IN THE HUNT: Inspiration first struck producer Fenton Bailey walking past an Anthropologie store with his producing partner; the two casually remarked what a great basis it would make for a television show. The very next day, Bailey read a piece in the Philadelphia Inquirer about Keith Johnson, the globetrotting buyer at large for the stores, and he knew he had his concept.

The result was “Man Shops Globe,” an eight-episode series premiering on the Sundance Channel on Oct. 7, following Johnson’s eye at flea markets and artisans in France, Turkey and South Africa, among others. At a launch party at Anthropologie’s Rockefeller Plaza store Tuesday night, Glen Senk, chief executive officer of the retailer’s parent, Urban Outfitters Inc., said getting there meant getting assurances the project wouldn’t undermine the brand’s integrity. “We had been contacted many times,” he said, “but we had an instant connection with the team,” including director Jeremy Simmons. Senk described Johnson, who is also his longtime companion, as “shy — not a reality TV person. It was insightful for them to see what the show could be.”

This story first appeared in the October 1, 2009 issue of WWD.  Subscribe Today.

Said Johnson, “I’ve been doing this for so long, it actually gave me a little bit more energy. I saw the world through Jeremy’s eyes.”

“Man Shops Globe” has already been picked up for another season, which begins filming shortly.

— Irin Carmon

LAST-MINUTE BID: Mort Zuckerman, owner of the New York Daily News and U.S. News & World Report, has submitted an 11th-hour bid for BusinessWeek. Zuckerman, who is also the former owner of Fast Company and The Atlantic Monthly, joins Bloomberg LP, OpenGate Capital and ZelnickMedia, which all submitted bids by Tuesday. A spokeswoman for Zuckerman confirmed the bid but declined to elaborate further. Sources said Bloomberg is said to still be the front-runner to buy BusinessWeek from McGraw-Hill Cos.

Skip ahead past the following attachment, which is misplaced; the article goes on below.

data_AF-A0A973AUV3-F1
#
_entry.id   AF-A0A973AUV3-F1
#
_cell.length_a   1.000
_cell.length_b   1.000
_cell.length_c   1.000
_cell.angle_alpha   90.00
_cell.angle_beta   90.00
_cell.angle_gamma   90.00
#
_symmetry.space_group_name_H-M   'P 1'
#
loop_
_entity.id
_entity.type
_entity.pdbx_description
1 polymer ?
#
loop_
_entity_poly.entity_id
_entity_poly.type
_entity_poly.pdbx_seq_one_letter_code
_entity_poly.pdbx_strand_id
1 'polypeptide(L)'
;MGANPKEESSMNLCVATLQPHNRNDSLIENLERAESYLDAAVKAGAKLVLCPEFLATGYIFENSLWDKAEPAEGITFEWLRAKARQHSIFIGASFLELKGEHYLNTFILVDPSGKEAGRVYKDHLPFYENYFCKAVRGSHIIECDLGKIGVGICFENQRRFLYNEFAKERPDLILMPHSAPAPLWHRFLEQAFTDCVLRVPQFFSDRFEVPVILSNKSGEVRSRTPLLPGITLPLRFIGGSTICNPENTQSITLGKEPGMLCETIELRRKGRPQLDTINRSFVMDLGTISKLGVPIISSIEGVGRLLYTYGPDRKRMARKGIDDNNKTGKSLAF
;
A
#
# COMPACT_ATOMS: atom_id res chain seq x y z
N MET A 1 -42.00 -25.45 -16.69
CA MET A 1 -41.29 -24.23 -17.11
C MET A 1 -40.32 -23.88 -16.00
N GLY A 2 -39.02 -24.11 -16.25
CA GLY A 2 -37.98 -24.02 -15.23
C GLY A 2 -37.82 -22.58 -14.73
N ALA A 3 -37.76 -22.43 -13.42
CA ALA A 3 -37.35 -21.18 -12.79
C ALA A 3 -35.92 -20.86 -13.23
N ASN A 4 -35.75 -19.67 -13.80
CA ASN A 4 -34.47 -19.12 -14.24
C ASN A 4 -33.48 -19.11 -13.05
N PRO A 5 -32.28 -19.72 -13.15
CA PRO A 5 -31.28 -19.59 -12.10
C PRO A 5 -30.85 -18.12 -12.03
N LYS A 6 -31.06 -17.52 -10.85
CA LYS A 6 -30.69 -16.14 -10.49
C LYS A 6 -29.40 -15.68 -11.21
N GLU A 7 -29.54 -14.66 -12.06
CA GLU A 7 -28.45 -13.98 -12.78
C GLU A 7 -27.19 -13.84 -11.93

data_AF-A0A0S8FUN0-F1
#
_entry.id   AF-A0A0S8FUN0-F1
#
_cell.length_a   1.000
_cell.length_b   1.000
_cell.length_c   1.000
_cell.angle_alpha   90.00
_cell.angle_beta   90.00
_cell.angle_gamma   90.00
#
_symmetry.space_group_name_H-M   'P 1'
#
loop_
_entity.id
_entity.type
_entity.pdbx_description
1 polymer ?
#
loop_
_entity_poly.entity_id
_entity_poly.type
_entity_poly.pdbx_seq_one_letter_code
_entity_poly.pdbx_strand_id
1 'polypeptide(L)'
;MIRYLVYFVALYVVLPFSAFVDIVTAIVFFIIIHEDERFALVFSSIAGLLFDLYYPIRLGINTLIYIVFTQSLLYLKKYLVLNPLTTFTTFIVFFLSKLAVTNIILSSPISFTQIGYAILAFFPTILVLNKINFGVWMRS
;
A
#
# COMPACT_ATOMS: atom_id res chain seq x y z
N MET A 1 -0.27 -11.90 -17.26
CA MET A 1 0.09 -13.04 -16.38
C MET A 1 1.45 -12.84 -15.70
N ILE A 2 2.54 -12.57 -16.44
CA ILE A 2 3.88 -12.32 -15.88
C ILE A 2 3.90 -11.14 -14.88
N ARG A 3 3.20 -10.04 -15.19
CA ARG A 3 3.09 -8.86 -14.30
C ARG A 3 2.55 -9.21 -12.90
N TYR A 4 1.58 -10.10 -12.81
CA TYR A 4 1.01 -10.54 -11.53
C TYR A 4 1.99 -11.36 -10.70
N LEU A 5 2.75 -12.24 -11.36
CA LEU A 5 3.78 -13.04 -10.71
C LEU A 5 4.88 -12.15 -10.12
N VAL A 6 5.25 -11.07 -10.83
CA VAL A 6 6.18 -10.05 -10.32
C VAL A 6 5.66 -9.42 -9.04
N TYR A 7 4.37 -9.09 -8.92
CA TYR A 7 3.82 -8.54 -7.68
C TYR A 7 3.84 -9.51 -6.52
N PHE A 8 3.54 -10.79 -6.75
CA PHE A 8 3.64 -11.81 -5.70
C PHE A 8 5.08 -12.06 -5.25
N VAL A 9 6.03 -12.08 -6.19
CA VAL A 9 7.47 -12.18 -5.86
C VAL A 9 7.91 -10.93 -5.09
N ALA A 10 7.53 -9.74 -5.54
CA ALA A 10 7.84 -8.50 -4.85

— Amy Wicks

NOW IT’S THE FT’S TURN: The Financial Times’ glossy, How to Spend It, has been something of a pioneer in the space — it celebrates its 15th anniversary this fall, and while other supplements are reducing frequency or scaling back expansion plans, it has been expanding, from 26 issues last year to 28 this year, with 29 planned for 2010.

Now the magazine has a new Web site, which goes live Saturday. As competitors like The Wall Street Journal’s WSJ. experiment with static online-only editions, and The New York Times’ T steadily ramps up its multimedia offerings at The Moment blog and on Twitter, How to Spend It will offer its own take on how to do luxury online.

The magazine’s previous online presence was a three-year-old digital edition that was an unchanged representation of the magazine’s pages — now acknowledged as a model that lacks both the interactivity of the Web and the tactility of the page. Now, said editor Gillian de Bono, the emphasis is on “deconstructing and reinterpreting” the magazine online.

In an attempt to bring a fashion shoot to life, for example, the site will employ a three-dimensional tiled imaging system that allows the reader to move through different angles and zoom in. There will also be multimedia related to magazine content, including a video of an underwater fashion shoot at launch. Founding editor Lucia van der Postings will be blogging at “Van der Posts” three times a week, alongside video bulletins from tech columnist Jonathan Margolis, daily posts from regular contributors at The Reconnoisseur blog, and a daily gift guide launching in November.